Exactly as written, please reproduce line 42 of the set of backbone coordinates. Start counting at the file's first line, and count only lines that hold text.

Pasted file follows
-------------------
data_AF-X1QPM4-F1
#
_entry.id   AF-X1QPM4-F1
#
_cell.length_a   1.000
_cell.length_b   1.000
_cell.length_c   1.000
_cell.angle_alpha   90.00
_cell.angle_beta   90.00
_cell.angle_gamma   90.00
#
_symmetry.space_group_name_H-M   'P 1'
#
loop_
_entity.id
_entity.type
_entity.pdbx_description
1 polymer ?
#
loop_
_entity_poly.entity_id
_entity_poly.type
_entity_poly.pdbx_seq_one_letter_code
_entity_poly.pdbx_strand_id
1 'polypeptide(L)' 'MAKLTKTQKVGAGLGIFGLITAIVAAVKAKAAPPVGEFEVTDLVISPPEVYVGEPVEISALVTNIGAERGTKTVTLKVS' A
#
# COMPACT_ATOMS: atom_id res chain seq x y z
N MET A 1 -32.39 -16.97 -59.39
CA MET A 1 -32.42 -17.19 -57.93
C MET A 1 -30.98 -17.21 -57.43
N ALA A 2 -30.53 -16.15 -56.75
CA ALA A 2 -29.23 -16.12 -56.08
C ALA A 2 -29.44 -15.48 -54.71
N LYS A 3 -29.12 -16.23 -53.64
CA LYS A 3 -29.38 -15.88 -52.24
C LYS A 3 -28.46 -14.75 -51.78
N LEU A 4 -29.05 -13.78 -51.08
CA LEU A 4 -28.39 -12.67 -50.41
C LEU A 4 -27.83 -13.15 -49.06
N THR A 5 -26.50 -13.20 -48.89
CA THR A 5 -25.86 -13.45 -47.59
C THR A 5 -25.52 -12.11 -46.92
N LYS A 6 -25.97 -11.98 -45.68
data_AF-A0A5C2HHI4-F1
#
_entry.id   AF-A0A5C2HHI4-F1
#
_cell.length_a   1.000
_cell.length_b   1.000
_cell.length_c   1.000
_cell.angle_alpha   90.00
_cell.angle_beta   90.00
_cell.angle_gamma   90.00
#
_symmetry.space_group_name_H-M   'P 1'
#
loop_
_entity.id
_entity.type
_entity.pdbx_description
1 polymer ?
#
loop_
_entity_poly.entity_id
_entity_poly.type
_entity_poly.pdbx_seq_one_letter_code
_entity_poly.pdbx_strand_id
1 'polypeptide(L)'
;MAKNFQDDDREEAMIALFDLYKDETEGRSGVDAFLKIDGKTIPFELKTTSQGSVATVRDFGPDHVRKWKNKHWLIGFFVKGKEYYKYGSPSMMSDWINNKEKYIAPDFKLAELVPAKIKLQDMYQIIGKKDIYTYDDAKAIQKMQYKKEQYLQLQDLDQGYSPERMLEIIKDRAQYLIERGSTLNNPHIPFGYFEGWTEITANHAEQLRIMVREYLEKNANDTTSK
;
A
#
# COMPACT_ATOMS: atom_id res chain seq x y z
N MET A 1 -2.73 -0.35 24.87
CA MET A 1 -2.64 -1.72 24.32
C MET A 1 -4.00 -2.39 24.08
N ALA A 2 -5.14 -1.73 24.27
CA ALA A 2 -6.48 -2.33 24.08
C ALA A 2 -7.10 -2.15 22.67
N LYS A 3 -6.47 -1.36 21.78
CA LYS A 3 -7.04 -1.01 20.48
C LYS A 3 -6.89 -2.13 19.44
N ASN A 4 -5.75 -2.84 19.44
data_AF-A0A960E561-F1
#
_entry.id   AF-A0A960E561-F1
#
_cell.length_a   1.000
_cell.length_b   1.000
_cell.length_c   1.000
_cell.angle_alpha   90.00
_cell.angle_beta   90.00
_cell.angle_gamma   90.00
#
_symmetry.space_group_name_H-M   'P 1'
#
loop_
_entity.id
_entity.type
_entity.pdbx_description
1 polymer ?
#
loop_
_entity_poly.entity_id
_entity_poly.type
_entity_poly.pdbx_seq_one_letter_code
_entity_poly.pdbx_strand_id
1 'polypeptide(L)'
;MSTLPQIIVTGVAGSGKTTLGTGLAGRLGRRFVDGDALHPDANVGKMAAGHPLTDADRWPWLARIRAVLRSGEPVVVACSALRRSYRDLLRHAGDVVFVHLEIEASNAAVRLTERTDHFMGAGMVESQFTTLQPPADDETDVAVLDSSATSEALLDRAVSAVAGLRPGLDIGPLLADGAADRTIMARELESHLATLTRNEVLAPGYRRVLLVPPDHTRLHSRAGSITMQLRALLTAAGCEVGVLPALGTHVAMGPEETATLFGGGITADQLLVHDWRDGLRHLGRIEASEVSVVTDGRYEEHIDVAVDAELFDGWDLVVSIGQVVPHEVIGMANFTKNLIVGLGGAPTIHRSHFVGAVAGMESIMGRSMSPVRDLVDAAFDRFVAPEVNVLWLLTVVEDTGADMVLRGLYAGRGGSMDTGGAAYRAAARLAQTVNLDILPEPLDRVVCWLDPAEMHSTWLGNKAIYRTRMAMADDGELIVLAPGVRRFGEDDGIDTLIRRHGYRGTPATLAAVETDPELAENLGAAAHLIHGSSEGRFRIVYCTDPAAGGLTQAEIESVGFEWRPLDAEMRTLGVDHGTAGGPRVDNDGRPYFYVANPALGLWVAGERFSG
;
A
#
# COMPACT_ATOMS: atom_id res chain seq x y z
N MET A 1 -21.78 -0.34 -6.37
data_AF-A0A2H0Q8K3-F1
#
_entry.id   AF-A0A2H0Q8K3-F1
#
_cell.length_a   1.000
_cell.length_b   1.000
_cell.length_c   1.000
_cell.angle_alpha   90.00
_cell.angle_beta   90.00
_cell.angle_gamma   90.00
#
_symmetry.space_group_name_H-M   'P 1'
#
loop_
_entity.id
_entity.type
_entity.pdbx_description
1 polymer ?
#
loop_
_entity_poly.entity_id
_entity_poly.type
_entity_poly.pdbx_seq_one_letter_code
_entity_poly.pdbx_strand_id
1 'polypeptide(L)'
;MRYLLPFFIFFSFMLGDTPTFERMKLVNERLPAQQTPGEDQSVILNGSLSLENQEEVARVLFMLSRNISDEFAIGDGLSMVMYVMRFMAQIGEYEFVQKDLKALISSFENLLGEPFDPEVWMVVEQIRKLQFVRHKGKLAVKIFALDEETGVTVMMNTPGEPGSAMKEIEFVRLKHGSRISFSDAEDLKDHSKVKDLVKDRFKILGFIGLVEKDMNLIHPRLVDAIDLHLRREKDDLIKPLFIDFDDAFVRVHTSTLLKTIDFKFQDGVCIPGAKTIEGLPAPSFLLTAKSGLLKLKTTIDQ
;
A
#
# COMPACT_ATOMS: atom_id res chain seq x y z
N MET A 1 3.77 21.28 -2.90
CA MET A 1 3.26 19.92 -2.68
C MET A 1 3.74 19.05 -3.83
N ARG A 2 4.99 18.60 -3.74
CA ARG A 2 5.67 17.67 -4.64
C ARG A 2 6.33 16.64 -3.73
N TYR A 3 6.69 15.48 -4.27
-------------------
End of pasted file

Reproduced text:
C THR A 5 -25.52 -12.11 -46.92